Ben Davis in Artinfo:
All told, curator Hans Ulrich Obrist's two-part interview with Julian Assange, published in the May and June issues of e-Flux Journal, the ambitious online theory site, comes to something like 40 pages when printed out. It's probably one of the more consequential things that Obrist has ever put his name on, even if the pairing of the clubbable contemporary art curator and the prickly info warrior seems odd at first.
It works, however, on two levels. WikiLeaks, the organization that Assange has become the face of, has exposed the United States' secret assassination squads in Afghanistan and secret bombing campaigns in Yemen. Nevertheless, it has also become bogged down in sordid allegations about Assange's personal life (even as the U.S. government's open torture of accused leaker Bradley Manning has become a human rights scandal). In his interview, Obrist basically treats Assange as an artist (“science, mathematics, quantum theory — all of these come together in your work”), thereby for the most part refocusing the discussion on the issues that his work addresses rather than his biography. That is to say, the interview focuses on the philosophy that first made him a figure of international significance.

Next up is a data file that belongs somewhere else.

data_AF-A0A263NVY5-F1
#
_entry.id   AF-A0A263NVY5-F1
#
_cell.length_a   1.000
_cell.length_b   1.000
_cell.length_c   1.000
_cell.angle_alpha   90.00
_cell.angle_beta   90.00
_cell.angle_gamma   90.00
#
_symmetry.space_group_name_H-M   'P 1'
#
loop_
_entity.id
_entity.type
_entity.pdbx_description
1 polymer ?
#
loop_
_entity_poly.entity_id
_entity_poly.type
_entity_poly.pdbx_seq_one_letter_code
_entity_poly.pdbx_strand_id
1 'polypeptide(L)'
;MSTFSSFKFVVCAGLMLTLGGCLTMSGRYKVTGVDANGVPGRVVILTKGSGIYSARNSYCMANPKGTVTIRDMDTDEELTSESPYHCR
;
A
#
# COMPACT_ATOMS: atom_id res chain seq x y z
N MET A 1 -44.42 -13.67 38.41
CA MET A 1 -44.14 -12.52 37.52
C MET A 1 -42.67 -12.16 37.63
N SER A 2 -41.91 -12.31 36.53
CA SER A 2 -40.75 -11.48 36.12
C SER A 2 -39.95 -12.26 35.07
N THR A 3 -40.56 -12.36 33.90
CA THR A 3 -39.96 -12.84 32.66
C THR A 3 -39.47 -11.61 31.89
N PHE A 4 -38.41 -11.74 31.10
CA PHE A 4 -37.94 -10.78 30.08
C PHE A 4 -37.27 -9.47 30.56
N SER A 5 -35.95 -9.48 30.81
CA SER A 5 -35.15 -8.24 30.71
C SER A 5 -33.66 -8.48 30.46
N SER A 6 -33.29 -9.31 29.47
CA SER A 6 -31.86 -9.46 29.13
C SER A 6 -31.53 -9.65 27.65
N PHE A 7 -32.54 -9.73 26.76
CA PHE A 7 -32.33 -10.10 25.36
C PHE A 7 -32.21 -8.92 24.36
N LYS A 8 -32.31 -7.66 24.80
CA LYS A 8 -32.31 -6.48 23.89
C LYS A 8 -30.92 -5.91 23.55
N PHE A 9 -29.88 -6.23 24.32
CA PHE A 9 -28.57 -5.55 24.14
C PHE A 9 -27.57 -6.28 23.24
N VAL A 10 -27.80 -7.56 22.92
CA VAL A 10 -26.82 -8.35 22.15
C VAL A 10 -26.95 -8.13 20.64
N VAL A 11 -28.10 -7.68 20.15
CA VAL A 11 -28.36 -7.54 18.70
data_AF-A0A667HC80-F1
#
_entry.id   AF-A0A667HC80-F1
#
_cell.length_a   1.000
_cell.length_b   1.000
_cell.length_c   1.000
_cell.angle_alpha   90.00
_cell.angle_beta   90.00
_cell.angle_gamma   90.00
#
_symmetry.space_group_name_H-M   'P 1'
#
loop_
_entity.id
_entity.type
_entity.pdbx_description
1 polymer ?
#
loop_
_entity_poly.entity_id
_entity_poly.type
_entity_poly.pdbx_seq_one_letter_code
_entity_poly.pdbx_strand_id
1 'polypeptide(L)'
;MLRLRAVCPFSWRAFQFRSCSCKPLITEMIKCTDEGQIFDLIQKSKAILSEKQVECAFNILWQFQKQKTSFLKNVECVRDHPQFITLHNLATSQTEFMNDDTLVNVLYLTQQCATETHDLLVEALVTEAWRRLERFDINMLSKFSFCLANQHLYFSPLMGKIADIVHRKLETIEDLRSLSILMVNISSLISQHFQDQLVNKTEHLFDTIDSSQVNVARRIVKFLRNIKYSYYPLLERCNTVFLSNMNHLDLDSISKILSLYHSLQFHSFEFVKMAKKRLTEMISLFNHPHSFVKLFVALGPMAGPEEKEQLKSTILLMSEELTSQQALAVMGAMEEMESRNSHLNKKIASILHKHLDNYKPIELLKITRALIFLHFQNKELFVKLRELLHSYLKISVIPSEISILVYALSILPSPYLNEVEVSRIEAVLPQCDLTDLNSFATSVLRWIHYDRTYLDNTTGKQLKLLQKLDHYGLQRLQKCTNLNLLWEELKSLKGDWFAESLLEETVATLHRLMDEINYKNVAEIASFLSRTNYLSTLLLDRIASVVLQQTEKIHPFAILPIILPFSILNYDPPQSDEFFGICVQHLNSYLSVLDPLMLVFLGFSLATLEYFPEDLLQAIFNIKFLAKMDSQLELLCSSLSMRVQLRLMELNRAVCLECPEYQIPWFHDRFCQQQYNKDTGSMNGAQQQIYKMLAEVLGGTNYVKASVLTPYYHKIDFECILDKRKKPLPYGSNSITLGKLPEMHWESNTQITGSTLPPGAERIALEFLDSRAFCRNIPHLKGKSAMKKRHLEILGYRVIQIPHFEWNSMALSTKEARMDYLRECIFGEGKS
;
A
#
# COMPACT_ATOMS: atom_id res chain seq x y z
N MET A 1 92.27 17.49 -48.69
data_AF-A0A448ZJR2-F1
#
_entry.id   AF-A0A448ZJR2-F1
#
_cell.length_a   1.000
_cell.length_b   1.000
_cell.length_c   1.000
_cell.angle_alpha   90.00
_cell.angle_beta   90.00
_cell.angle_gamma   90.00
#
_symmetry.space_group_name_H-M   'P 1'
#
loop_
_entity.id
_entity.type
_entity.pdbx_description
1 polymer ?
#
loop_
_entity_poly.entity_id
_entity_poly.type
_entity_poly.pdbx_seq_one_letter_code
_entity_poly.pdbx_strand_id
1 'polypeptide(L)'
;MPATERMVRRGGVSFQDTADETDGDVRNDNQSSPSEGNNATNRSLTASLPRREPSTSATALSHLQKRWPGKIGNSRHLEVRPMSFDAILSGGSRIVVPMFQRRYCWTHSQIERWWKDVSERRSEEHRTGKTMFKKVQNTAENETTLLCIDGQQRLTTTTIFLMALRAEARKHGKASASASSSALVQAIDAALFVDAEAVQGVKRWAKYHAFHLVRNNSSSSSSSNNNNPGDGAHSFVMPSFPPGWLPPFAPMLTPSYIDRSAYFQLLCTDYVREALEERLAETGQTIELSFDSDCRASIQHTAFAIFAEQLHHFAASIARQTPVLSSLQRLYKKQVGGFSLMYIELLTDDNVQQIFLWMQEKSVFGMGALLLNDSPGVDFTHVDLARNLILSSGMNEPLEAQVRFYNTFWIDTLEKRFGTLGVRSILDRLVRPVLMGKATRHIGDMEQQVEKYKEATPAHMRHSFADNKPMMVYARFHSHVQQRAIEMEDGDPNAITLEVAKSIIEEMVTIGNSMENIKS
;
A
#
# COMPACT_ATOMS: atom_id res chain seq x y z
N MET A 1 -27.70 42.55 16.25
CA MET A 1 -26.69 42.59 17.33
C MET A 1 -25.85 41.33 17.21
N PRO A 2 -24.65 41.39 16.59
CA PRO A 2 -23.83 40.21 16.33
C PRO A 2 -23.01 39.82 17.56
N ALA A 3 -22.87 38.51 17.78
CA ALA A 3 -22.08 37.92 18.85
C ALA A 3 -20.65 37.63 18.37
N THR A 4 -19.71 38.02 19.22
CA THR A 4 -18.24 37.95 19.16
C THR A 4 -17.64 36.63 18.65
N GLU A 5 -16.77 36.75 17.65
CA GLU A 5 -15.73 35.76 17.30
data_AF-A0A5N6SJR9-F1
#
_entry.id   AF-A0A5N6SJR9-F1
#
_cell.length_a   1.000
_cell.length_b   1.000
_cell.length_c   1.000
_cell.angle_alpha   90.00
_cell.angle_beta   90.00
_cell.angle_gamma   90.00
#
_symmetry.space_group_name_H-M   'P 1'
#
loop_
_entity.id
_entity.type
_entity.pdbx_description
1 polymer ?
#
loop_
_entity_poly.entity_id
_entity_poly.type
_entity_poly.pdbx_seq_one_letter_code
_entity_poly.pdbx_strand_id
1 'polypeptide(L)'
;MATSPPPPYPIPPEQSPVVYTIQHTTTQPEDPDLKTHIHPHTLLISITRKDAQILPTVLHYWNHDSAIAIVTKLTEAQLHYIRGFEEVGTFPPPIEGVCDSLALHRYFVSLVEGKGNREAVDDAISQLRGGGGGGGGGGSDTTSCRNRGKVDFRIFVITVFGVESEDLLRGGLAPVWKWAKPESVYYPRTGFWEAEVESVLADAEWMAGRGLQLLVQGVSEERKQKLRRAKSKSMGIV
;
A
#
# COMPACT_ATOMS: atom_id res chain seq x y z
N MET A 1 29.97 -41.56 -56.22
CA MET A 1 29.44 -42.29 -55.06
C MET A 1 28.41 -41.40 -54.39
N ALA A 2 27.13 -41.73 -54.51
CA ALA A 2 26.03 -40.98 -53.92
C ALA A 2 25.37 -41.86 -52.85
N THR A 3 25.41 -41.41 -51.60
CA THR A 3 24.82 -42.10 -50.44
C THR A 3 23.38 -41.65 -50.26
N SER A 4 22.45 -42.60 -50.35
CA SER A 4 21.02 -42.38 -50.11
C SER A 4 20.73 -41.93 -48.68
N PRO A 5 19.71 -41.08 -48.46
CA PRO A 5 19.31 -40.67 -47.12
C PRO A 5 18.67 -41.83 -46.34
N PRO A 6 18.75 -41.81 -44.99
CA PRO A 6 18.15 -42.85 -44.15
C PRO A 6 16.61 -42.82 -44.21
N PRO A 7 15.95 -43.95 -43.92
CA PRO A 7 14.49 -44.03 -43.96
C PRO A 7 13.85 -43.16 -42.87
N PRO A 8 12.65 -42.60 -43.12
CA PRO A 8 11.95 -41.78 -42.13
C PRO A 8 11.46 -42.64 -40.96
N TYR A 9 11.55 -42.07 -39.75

At the same time, the pairing works because there's a convincing case to be made that Assange is relevant to contemporary artists: questions of how to relate to the looming power of the corporate media, how individuals navigate the sprawling universe of contemporary information, and what the limits of free speech are today are all concerns of the most important recent art (and Obrist submits his interlocutor to questions contributed by the likes of Paul Chan, Martha Rosler, Superflex, and a pre-detention Ai Weiwei — who asks about how individuals can stand up to power — to prove it).